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Ernest Hemingway's The Sun Also Rises - Essay Example

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Ernest Hemingway's The Sun Also Rises In 4th chapter of The Sun Also Rises, Hemingway has beautifully illustrated the frustrating relationship patterns between main characters of the story, Jake Barnes and Lady Brett Ashley. As Jake had lost his sexual potency in World War I, the author also emphasizes on repercussions of the war by narrating the awful tragedy faced by these characters…
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Ernest Hemingways The Sun Also Rises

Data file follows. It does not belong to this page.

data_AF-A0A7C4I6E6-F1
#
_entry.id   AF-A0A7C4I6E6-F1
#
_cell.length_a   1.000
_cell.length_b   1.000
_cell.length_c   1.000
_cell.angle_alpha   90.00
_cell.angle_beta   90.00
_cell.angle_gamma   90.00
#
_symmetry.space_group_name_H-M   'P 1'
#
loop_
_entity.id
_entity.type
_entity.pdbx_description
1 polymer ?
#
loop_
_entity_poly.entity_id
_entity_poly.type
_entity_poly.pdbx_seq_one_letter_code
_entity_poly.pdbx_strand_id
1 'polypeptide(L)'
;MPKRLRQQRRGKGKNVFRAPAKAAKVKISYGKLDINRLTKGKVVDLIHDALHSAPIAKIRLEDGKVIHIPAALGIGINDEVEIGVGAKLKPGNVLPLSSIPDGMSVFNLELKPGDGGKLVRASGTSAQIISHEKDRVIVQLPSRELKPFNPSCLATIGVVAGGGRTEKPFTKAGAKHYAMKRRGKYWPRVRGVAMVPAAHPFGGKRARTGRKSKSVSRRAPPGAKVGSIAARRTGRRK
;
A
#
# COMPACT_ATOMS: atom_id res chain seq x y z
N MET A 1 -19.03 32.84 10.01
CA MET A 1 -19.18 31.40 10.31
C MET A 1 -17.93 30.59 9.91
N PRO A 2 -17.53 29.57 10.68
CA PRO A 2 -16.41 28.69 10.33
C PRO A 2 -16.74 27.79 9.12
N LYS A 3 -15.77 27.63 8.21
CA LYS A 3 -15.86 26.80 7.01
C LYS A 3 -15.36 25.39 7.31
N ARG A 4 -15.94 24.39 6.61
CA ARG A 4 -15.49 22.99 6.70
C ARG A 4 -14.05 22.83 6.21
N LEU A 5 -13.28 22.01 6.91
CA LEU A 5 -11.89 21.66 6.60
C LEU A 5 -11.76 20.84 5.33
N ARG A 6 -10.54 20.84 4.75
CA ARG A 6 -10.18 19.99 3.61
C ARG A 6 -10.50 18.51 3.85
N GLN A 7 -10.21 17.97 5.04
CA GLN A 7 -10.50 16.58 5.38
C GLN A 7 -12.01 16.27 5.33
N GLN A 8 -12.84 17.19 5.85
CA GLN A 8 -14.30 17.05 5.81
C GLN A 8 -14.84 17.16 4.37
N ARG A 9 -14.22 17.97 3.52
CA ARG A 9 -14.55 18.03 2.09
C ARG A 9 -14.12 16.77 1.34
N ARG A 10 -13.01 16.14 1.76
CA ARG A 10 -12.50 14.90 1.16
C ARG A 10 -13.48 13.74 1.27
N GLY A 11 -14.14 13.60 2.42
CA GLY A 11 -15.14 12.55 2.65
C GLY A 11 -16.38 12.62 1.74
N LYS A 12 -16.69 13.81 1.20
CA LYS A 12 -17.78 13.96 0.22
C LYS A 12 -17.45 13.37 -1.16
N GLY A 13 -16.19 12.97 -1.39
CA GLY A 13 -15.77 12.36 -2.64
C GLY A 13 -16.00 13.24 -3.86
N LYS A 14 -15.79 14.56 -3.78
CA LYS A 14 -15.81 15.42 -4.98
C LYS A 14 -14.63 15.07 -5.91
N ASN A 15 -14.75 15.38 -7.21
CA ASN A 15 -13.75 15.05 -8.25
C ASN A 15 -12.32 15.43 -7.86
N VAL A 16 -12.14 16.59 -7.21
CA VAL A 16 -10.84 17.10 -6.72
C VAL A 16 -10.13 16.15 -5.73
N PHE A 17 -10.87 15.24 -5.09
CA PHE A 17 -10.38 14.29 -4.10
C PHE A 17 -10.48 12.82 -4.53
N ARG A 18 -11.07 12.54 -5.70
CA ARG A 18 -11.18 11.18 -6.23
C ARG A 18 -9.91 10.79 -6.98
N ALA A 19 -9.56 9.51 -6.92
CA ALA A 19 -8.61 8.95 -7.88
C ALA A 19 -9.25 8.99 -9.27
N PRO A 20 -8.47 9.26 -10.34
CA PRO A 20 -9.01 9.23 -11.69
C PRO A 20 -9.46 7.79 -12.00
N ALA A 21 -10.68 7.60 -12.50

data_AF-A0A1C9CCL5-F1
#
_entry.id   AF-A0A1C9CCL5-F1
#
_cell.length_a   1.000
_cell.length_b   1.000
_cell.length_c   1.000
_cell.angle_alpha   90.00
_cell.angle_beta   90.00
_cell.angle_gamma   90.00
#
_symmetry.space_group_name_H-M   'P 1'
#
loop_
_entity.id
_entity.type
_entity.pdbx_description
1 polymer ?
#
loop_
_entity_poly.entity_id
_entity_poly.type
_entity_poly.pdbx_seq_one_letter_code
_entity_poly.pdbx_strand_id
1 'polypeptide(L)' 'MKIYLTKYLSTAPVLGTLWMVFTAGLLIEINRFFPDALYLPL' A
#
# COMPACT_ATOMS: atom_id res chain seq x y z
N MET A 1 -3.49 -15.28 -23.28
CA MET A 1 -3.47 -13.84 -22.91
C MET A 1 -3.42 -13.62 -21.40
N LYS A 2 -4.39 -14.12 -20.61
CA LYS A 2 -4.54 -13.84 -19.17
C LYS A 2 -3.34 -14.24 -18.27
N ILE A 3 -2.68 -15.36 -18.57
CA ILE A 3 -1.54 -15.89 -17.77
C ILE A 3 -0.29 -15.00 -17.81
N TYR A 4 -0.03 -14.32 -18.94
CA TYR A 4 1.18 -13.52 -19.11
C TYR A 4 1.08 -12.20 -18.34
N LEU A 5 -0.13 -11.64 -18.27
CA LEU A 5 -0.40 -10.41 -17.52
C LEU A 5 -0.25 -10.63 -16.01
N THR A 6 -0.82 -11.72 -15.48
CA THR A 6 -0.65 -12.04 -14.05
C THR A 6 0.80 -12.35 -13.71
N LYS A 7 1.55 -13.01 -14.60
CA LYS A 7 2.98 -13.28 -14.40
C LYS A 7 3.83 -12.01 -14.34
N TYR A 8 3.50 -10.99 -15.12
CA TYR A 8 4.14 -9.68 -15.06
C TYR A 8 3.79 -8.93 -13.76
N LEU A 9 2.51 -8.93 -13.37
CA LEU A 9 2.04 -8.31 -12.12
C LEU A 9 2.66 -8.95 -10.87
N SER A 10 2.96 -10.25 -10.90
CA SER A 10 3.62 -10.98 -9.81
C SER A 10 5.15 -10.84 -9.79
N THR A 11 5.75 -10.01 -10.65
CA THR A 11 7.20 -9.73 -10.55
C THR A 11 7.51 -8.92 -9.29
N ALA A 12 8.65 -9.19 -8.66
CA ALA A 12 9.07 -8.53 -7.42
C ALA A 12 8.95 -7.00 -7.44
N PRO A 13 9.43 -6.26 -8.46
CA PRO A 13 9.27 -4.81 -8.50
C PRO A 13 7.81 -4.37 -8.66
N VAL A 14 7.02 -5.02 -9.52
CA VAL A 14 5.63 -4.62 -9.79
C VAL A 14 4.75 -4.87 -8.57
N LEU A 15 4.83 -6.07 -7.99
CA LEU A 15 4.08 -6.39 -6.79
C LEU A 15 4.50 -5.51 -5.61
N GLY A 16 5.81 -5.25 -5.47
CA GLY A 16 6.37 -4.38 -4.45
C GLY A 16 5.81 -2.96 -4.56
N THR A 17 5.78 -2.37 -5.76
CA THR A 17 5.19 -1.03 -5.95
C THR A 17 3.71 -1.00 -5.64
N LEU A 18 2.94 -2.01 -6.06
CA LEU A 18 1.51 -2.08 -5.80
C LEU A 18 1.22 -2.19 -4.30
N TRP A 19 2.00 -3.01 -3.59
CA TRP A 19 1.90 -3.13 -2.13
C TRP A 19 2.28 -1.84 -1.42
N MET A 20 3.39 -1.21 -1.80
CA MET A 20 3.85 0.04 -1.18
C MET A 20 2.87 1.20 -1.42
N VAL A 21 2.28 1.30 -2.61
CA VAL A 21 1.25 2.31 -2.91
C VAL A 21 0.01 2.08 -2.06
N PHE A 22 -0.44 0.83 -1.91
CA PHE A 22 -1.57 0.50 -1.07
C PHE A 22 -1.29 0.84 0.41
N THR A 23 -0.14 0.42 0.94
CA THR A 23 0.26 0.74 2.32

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Download file to see previous pages Moreover, social interactions with people further upset them emotionally and psychologically. This paper aims to analyze the significance of the selected passage (from Chapter 4) in narration of their relationship and how it has transformed overtime after the world war. It also targets at examining the various aspects of frustration faced by these members of the lost generation. Earlier in the passage, it is illustrated that Brett shows up drunk at Jake’s place quite early in the morning at half-past four without knowledge of the exact hour. In a series of dialogue, she asks for a drink, tells him that she turned down Count’s several offers even of ten thousand dollars, and made him aware that she is in love with Jake. She seems to be very much impressed by Count’s wealth and talks about rotten painter, Zizi the duke. She keeps on drinking and also asks Jake to drink with her. She then tells him that count is waiting in his limousine outside and has invited both of them to dinner the next night, to which Jake agrees. Despite of Jake’s firm insistence, Brett refused to stay with him longer. They kissed each other twice before she left. Jake observes her walking up the street to Count’s car from window. He gets frustrated as her presence always reminded him of his impotence. The frustration is best illustrated in Jake’s own words saying that, "This was Brett, that I had felt like crying about. Then I thought of her walking up the street and stepping into the car, as I had last seen her, and of course in a little while I felt like hell again. It is awfully easy to be hard-boiled about everything in the daytime, but at night is another thing” (Hemingway, Ch 4). These series of events narrated in the passage are a significant presentation of the immense love, affection, hatred and frustration felt by the characters throughout the story. The author has particularly emphasized on Jake’s inability to deal with his emotions, awkward attitude of Brett towards him, and their excessive drinking habits and negligence towards time capturing inevitable frustration of the entire generation after the world war. The passage clearly demonstrates the power Brett enjoys over men. Her attitude towards Jake is though not welcoming, somewhat reluctant and she openly refuses to spend time with him, still he keeps on loving her. In contrast, she admires Count as being a wealthy and nice person, and prefers him over Jake grieving his spirit. She also changes the topic when Jake looks at her meaningfully while listening to her views about count. Jake throughout the passage feels less than a man as she is reluctant to make love to him. Another idea expressed in the passage is that Brett never exceeds kissing him in sexual pleasure. She comes to see him while drunk but then leaves quickly. This implies that she actually had deep feelings for him too but was hesitant to openly express them due to his impotence or she might be afraid that his inability to satisfy her would eventually depress him more. Brett’s frustrations and feelings towards Jake are most evident when they kissed good night. This is when she shivered while kissing and said, "I'd better go." When Brett invites Jake to accompany her and Count for breakfast and drinks, he politely refuses by saying that "I'm too far behind you now to catch up and be any fun" (Hemingway, Ch 4). ...Download file to see next pagesRead More
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